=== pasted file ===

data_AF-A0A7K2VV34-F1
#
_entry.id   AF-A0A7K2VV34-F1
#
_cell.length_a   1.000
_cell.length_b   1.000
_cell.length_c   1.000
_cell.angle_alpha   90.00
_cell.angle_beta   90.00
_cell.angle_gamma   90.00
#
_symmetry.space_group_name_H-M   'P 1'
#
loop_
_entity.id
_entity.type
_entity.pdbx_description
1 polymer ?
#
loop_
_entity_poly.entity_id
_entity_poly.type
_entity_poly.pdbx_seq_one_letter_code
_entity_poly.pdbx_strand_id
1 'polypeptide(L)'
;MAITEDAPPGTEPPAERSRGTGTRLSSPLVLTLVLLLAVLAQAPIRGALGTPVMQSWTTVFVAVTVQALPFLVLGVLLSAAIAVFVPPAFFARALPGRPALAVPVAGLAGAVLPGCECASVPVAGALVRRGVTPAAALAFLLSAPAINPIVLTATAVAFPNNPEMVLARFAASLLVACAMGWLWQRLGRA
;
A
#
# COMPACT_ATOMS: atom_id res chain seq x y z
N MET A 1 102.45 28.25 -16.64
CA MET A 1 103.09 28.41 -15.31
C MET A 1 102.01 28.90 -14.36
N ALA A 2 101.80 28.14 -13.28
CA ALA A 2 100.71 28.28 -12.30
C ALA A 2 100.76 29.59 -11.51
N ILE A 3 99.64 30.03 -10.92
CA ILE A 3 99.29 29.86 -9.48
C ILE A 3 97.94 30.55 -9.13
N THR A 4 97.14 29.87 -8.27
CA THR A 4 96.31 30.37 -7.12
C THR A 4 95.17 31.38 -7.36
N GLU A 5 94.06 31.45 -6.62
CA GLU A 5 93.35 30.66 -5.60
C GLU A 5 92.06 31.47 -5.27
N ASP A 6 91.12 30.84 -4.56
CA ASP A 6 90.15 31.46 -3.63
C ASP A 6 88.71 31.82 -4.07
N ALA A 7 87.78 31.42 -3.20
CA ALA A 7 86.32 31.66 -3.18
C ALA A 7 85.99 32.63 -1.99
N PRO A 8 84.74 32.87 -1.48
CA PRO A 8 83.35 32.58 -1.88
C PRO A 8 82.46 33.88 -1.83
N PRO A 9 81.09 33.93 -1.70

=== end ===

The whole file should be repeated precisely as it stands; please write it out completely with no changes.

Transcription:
data_AF-A0A7K2VV34-F1
#
_entry.id   AF-A0A7K2VV34-F1
#
_cell.length_a   1.000
_cell.length_b   1.000
_cell.length_c   1.000
_cell.angle_alpha   90.00
_cell.angle_beta   90.00
_cell.angle_gamma   90.00
#
_symmetry.space_group_name_H-M   'P 1'
#
loop_
_entity.id
_entity.type
_entity.pdbx_description
1 polymer ?
#
loop_
_entity_poly.entity_id
_entity_poly.type
_entity_poly.pdbx_seq_one_letter_code
_entity_poly.pdbx_strand_id
1 'polypeptide(L)'
;MAITEDAPPGTEPPAERSRGTGTRLSSPLVLTLVLLLAVLAQAPIRGALGTPVMQSWTTVFVAVTVQALPFLVLGVLLSAAIAVFVPPAFFARALPGRPALAVPVAGLAGAVLPGCECASVPVAGALVRRGVTPAAALAFLLSAPAINPIVLTATAVAFPNNPEMVLARFAASLLVACAMGWLWQRLGRA
;
A
#
# COMPACT_ATOMS: atom_id res chain seq x y z
N MET A 1 102.45 28.25 -16.64
CA MET A 1 103.09 28.41 -15.31
C MET A 1 102.01 28.90 -14.36
N ALA A 2 101.80 28.14 -13.28
CA ALA A 2 100.71 28.28 -12.30
C ALA A 2 100.76 29.59 -11.51
N ILE A 3 99.64 30.03 -10.92
CA ILE A 3 99.29 29.86 -9.48
C ILE A 3 97.94 30.55 -9.13
N THR A 4 97.14 29.87 -8.27
CA THR A 4 96.31 30.37 -7.12
C THR A 4 95.17 31.38 -7.36
N GLU A 5 94.06 31.45 -6.62
CA GLU A 5 93.35 30.66 -5.60
C GLU A 5 92.06 31.47 -5.27
N ASP A 6 91.12 30.84 -4.56
CA ASP A 6 90.15 31.46 -3.63
C ASP A 6 88.71 31.82 -4.07
N ALA A 7 87.78 31.42 -3.20
CA ALA A 7 86.32 31.66 -3.18
C ALA A 7 85.99 32.63 -1.99
N PRO A 8 84.74 32.87 -1.48
CA PRO A 8 83.35 32.58 -1.88
C PRO A 8 82.46 33.88 -1.83
N PRO A 9 81.09 33.93 -1.70